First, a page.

Rowing into Spring on the Cuyahoga

Condoms, syringes and fingers leave crew members less than satisfied with the conditions of the Cuyahoga River


Robert Valerian

Though from a distance the Cuyahoga River completes the Cleveland area, crew members know what goes on above and below its surface. “I think it’s in a good spot — it’s very beautiful, the views from the river are pretty — but it’s pretty polluted,” senior crew captain Genevieve Fortin said.

The Cuyahoga River is known for being unsanitary —  it has caught on fire 13 times since the first incident in 1868. And no students experience these conditions more than the high school crew teams, who spend their outdoor seasons practicing on the river.

“I’ve seen a lot of plastic water bottles floating in the water, tampon applicators, dead fish —  just a lot of trash and debris and sticks and other dead objects,” freshman Aine Jameson said.

“The grossest thing I’ve ever found —  probably condoms, syringes,” senior crew captain Genevieve Fortin said.

“[I find] garbage, plastic water bottles, logs, leaves and dead fish,” freshman Bridget Yusko said.

“Well, sometimes you’ll see a big cloud of trash just floating down,” junior Lincoln Luzar said.

The sport is one of the more recent additions to Shaker’s collection. The women’s crew team was formed 20 years ago, and the men’s team was launched in 2012. In the spring and fall seasons, the team practices on the river after school each day, traveling via bus, and on Saturdays, carpooling themselves.

The water is especially unsanitary in the coming months.

“Especially as the ice melts in the spring, dead rats, fish and other small animals are seen floating in the river. It’s really gross because their bodies are bloated,” said sophomore Lia Snyder. “They are so decayed. Other than that, some balls, general trash and debris is typical,” 

Sophomore Cecilia Zagara said she once saw a finger floating in the river. “We rowed past this purply-white thing and, as we got closer, it was a finger,” Zagara stated in a text message.

We rowed past this purply-white thing and, as we got closer, it was a finger

— Cecilia Zagara

Crew coaches also notice the the river’s plentiful pollution. “Probably a sunken boat, I’d say, is the weirdest thing I’ve ever seen on the river. Over the course of two days —  a boat went from above water; next day it was a little bit lower; the third day it was below the water,” assistant crew coach Kyle Dohlen said.

The Cuyahoga River has been so chemically polluted that it has burned 13 times.

The fires are not just harmful because of the waste; they damage businesses along the river. “An oil slick on the Cuyahoga River —  polluted from decades of industrial waste —  caught fire on a Sunday morning in June 1969 near the Republic Steel mill, causing about $100,000 worth of damage to two railroad bridges,” according to a Cleveland Historical website.

Crew members know that trash is typical, but underneath the water’s surface lies much more.

“I’ve seen hundreds of dead, small, five-inch fish floating in the river. There are areas on the river where these dead fish completely cover the entire water surface,” Zagara wrote in a text message. “I have seen many plastic water bottles floating up and down the river. You can find freighters on the water, and after they go past, the water that comes out behind them is absolutely disgusting, an even murkier brown.”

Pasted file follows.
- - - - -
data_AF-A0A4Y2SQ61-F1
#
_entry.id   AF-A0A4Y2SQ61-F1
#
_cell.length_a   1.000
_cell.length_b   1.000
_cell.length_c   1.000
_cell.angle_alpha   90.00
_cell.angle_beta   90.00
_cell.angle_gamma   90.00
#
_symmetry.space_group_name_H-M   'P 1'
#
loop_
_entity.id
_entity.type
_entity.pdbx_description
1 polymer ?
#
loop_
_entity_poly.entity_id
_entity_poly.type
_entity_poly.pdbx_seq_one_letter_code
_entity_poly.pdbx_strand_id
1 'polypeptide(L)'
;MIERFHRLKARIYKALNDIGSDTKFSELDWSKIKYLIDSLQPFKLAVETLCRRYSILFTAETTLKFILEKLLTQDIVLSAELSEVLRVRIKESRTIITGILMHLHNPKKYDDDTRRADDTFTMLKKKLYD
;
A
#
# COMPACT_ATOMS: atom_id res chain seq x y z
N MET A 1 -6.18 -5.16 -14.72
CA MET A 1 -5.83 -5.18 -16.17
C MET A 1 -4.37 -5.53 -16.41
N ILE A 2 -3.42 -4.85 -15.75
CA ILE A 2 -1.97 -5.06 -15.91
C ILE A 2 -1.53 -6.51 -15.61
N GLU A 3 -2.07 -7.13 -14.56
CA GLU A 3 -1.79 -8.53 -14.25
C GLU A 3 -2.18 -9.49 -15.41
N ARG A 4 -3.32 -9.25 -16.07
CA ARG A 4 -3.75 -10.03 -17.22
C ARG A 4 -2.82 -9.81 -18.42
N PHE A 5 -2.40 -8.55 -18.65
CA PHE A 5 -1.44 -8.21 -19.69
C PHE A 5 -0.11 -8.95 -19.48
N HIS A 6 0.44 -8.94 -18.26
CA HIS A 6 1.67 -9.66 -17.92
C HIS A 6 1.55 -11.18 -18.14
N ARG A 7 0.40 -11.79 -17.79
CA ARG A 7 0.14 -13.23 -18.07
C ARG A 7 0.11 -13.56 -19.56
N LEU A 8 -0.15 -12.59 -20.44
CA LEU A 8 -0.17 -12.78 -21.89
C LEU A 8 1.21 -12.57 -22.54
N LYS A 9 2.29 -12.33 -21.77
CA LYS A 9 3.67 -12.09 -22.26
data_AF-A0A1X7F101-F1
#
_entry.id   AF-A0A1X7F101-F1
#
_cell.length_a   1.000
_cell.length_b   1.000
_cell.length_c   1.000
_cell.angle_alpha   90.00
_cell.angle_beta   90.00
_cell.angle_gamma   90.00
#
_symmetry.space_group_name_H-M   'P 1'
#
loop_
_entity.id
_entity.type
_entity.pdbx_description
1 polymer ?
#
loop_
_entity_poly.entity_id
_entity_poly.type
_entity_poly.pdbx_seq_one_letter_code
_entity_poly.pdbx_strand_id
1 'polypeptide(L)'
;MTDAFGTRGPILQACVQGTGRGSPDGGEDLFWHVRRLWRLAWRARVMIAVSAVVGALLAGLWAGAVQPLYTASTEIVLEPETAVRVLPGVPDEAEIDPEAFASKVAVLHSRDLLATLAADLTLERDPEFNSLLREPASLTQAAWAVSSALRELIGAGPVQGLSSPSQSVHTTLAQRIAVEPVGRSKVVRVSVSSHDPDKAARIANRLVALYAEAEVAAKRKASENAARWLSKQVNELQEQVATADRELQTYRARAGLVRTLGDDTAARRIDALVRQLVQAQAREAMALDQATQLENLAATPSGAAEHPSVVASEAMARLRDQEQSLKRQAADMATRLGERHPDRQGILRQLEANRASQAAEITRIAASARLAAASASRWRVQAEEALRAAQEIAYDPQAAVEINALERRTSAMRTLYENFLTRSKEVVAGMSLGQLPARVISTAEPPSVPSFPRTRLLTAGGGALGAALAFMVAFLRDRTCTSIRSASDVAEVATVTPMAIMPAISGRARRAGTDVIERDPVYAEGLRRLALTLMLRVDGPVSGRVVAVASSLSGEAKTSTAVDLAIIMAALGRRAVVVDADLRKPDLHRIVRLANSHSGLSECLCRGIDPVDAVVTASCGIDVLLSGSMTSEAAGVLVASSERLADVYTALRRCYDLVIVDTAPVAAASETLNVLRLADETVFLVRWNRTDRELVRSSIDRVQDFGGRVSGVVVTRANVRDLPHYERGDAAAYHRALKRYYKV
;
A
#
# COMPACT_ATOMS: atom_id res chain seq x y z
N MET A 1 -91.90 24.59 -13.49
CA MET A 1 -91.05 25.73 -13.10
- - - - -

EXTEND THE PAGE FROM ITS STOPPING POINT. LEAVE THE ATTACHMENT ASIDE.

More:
But, according to freshman Kate Hahnenberg, the objects floating in the water don’t affect practice much because the teams are not there for sightseeing. “When I see gross things in the water, it kind of just grosses me out. It doesn’t really affect practice because if we’re on a certain drill or doing a certain thing that the coach wants us to do, then I don’t really pay any attention to the water,” Hahnenberg said.

The stench of the river is not pleasant for crew members, either.

“Generally it’s not too bad until you get really close to the sewers and the open water lines —  oh, then it’s bad,” Jameson said.

According to Fortin, one part of the river, dubbed “stinky culvert” by teammates, smells especially bad. “It’s like sulfur, chemicals, dead fish,” she said.

However, over the past couple of years, the smell has improved, according to Luzar. “It actually smells a lot better. I remember freshman year, it was a lot more gross, so I guess whoever is cleaning it up is doing a good job.”

I remember freshman year, it was a lot more gross, so I guess whoever is cleaning it up is doing a good job

— Lincoln Luzar

Dohlen said the Cuyahoga River now has a significantly smaller amount of waste from industrial plants, since most of it is no longer going into the river. New regulations send the waste into wastewater control plants before it goes into the river, reducing pollution.

“I think it’s in a good spot —  it’s very beautiful, the views from the river are pretty —  but it’s pretty polluted,” Fortin said.

In November 2017, Cleveland law enforcement removed a dead man from the river, according to Crew members, however, were not especially startled by the discovery.

“I was both surprised and not surprised because the things we find in our river on a daily basis are gross, so it makes sense as to find something like that there. But at the same time I was surprised because somebody was willing enough to dump a body into our river,” junior Isabel Ortman said.

The crew teams practice year-round with spring and fall seasons. In the winter, both the men’s and women’s teams practice on rowing machines in the basement of the high school. This year they will start practicing on the river March 26.

Jameson said, “We get splashed with the water a lot, and I’m not looking forward to be splashed with it now” that a body was found. “I wasn’t to begin with.”

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